A humanitarian and diplomatic crisis unfolding on the Colombia-Venezuela border

A humanitarian and diplomatic crisis unfolding on the Colombia-Venezuela border

By Dr Annette Idler

Note from PaCCS: This piece has been re-published with permission from Dr Annette Idler. It was first published on The Conversation UK website.

While Europe is absorbed by the refugee crisis, another furious border crisis is unfolding in South America, displacing and endangering thousands of people.

At the end of August 2015, Venezuelan president Nicolás Maduro shut the most important crossing points of the Colombia-Venezuela border. He declared a state of emergency, and began to deport Colombians illegally living on the Venezuelan side of the border en masse. An already high level of militarisation in the region was further increased.

This came after three members of the Venezuelan Guardia Nacional were injured in what Maduro called an attack from Colombian paramilitaries. Maduro’s measures were meant to drive Colombian paramilitaries from Venezuelan territory, and to stop the flows of Venezuelan-subsidised goods and gasoline into Colombia.

The consequences have been devastating.

Political circus

The border fracas has triggered a humanitarian crisis. According to OCHA, at least 1,467 Colombians have been deported and another estimated 17,000 have crossed the border informally. Many have waded with their belongings through the hip-deep border river to escape the harsh measures of the Venezuelan state forces.

This is also a diplomatic crisis. Colombian president Juan Manuel Santos and Maduro recalled their respective Ambassadors for consultations, and Santos called for the Union of South American Nations (UNASUR) and the Organization of American States (OAS) to step in.

In both countries, the affair has started a “politiquería” (political circus). Venezuela’s opposition, the church and human rights organisations have all criticised what they consider xenophobic measures, and yet Maduro has used the situation to rally his supporters behind him in Caracas.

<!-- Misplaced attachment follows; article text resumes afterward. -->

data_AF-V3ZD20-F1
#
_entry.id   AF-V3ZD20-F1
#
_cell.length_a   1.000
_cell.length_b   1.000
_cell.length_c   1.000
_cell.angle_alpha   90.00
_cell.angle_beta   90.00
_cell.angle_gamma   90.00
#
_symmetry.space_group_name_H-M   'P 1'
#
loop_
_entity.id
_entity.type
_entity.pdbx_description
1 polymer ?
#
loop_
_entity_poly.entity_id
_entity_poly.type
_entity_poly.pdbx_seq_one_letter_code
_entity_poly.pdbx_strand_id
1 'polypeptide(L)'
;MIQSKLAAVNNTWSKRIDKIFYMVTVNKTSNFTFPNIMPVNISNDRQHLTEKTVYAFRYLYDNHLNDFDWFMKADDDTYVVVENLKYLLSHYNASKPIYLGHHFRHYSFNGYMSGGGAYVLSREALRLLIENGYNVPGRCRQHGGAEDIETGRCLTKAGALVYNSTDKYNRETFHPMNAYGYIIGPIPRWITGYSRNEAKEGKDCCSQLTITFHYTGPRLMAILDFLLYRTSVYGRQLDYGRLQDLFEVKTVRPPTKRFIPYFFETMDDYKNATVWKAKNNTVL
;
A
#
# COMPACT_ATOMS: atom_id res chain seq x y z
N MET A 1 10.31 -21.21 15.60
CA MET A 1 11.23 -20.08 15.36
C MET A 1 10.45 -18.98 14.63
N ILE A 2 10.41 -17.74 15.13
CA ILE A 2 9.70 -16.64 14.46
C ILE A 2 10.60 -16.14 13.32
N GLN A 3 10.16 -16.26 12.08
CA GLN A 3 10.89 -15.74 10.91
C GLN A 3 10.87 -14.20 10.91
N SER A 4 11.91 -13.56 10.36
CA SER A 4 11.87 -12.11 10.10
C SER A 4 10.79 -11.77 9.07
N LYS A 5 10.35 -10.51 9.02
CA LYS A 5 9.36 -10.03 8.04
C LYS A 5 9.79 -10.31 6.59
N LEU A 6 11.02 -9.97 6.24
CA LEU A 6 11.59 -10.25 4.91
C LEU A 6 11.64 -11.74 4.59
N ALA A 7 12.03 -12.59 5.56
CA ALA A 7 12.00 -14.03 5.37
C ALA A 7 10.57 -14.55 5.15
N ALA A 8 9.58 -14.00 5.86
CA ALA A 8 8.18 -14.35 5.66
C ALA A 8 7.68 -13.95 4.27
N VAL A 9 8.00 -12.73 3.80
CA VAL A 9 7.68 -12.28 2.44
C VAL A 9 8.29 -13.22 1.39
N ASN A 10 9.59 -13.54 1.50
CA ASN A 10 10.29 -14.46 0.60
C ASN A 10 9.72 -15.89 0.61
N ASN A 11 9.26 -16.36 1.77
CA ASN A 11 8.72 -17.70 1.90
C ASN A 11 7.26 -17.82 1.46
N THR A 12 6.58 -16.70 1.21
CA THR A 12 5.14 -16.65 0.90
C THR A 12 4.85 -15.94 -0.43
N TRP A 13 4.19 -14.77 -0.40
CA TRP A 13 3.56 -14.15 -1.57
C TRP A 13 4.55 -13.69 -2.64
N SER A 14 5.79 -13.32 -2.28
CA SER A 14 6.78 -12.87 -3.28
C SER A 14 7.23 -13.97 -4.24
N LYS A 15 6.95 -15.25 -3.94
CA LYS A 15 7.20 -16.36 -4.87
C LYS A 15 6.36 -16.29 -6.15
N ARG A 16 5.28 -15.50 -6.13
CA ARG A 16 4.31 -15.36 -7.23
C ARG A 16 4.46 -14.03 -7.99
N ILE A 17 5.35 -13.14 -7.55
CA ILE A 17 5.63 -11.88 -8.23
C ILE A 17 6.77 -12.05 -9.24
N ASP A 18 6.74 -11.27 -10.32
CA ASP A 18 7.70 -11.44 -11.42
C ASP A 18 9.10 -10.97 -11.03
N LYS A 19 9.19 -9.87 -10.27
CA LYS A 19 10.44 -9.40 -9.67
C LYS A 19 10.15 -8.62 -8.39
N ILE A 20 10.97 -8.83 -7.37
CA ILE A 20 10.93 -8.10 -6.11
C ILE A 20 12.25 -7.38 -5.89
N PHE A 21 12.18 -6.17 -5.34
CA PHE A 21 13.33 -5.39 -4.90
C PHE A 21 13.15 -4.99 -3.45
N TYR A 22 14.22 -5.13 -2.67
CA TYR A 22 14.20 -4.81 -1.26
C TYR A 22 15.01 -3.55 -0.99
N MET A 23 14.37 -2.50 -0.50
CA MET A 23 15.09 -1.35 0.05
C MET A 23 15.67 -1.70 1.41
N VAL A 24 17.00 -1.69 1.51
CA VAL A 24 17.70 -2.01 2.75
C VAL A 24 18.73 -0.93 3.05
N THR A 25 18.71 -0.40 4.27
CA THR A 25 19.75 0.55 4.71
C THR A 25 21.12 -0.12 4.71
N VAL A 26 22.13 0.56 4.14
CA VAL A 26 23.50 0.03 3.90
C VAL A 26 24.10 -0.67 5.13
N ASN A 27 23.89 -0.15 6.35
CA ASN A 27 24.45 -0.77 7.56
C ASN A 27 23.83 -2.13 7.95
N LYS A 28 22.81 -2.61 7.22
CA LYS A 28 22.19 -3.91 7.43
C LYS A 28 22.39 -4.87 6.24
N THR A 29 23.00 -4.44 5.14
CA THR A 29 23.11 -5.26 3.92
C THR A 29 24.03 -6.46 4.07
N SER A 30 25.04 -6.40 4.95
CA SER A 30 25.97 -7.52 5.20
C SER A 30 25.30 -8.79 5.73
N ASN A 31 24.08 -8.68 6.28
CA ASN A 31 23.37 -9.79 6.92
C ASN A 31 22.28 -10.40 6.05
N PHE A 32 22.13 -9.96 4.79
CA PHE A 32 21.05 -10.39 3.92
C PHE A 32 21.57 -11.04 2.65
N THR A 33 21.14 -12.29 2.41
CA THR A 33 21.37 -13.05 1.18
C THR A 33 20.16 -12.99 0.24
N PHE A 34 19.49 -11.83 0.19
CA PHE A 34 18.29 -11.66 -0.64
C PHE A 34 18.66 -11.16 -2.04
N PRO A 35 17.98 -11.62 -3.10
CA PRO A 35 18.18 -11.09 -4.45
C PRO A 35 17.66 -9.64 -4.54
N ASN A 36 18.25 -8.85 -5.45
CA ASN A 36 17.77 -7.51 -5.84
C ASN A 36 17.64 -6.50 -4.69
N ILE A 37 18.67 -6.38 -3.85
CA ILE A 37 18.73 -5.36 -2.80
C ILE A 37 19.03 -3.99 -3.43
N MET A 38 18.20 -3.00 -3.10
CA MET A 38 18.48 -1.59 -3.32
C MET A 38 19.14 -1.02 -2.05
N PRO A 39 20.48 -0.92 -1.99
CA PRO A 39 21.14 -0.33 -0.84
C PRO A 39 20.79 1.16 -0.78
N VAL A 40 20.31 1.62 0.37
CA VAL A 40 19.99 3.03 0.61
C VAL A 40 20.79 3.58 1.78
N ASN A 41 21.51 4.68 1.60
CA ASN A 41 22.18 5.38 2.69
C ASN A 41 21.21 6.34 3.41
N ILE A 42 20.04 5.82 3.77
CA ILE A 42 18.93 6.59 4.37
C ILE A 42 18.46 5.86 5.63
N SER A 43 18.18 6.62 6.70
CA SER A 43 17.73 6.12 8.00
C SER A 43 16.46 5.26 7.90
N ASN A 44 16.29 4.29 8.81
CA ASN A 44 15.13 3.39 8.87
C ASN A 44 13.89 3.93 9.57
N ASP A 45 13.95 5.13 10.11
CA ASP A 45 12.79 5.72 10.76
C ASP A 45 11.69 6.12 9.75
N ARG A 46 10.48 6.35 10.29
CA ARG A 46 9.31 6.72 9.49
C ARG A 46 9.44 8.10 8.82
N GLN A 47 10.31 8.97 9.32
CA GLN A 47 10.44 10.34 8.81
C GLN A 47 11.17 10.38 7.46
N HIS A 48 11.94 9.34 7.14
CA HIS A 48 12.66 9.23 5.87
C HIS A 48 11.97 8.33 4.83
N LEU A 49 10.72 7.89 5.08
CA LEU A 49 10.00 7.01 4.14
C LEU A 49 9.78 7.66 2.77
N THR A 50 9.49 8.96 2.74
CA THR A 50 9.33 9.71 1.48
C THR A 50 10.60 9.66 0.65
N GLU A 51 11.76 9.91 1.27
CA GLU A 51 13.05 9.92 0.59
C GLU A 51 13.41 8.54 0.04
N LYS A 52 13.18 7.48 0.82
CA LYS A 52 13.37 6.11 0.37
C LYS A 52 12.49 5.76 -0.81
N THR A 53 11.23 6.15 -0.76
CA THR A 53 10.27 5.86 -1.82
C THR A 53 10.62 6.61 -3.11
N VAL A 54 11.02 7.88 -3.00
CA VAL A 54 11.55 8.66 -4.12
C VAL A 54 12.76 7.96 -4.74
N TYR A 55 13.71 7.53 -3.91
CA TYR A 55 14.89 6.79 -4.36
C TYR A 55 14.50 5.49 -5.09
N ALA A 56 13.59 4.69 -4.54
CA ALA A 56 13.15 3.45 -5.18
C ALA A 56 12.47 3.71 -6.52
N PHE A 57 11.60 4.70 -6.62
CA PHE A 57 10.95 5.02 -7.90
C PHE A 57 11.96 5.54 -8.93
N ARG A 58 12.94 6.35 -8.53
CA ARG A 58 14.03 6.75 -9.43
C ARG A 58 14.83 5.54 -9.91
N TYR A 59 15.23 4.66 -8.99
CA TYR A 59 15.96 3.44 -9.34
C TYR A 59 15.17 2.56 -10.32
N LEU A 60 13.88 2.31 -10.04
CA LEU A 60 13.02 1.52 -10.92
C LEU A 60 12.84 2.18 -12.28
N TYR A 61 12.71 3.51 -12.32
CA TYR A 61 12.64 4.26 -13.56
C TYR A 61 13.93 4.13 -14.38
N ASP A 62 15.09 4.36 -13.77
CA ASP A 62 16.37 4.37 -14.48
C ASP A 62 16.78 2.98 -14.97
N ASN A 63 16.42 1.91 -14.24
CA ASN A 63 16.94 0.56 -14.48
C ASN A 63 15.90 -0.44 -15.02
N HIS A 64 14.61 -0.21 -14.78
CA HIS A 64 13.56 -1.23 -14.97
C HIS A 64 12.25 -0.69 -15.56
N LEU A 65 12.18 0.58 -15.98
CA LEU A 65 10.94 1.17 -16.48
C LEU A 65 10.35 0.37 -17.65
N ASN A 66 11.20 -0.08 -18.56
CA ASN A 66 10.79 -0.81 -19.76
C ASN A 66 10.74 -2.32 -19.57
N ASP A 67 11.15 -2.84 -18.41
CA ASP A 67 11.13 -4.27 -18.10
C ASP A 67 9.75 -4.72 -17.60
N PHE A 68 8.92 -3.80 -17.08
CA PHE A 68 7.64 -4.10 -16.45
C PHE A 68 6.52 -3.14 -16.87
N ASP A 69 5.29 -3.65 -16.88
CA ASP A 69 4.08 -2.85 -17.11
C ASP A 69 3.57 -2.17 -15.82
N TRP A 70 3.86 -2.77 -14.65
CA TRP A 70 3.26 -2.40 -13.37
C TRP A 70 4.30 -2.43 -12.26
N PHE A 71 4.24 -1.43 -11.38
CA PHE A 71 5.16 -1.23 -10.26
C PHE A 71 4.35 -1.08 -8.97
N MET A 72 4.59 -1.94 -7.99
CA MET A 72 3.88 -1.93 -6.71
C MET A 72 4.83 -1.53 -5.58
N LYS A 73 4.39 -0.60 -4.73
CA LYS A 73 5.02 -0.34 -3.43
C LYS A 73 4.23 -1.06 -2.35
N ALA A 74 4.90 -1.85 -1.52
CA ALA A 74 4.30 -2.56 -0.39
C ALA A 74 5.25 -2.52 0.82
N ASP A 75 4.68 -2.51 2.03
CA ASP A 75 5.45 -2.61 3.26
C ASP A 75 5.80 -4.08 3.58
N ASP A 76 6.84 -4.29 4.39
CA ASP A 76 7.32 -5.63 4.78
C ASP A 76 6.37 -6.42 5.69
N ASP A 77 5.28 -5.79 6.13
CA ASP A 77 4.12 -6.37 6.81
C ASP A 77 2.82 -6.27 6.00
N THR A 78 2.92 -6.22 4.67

In Colombia, meanwhile, former president Álvaro Uribe and Santostravelled to Cúcuta. They shook hands with Colombians, expelled by Venezuela.

Yet the bigger tragedy is that these people went to Venezuela because they fled Colombia’s civil war. Today in Cúcuta, also poor Colombians who never left the country turn to the makeshift shelters for recent returnees. They try to get a share of the benefits that were never offered to them.

Suspicious minds

Many question marks hover. Why does Maduro claim that Colombian paramilitaries attacked Venezuelans? Already, there are reports that the killing resulted from a turf war among elements of the Venezuelan armed forces.

Why did Maduro only shut the border in the state of Táchira, and then in Zulia? Contraband is booming along the entire 2,219km-long Colombia-Venezuela border. Staple goods, gasoline and ammunition are smuggled from Venezuela to Colombia, while cocaine is trafficked in the other direction and then shipped to the US and Europe.

Why does Maduro “only” reject the presence of paramilitaries? He’s certainly right that the successors of right-wing Colombian paramilitary groups do operate in Venezuela. They have introduced practices not seen before, among them killing people on one side of the border and dumping their bodies on the other side to escape the attention of human rights defenders.

Yet these cobbled-together right-wing groups are not the only armed actors involved. It’s an open secret that the Colombian guerrillas FARC and ELN are active in Venezuela’s border zone. They control territory in Zulia, and share territory with the FBL, a Venezuelan leftist armed group, in Apure.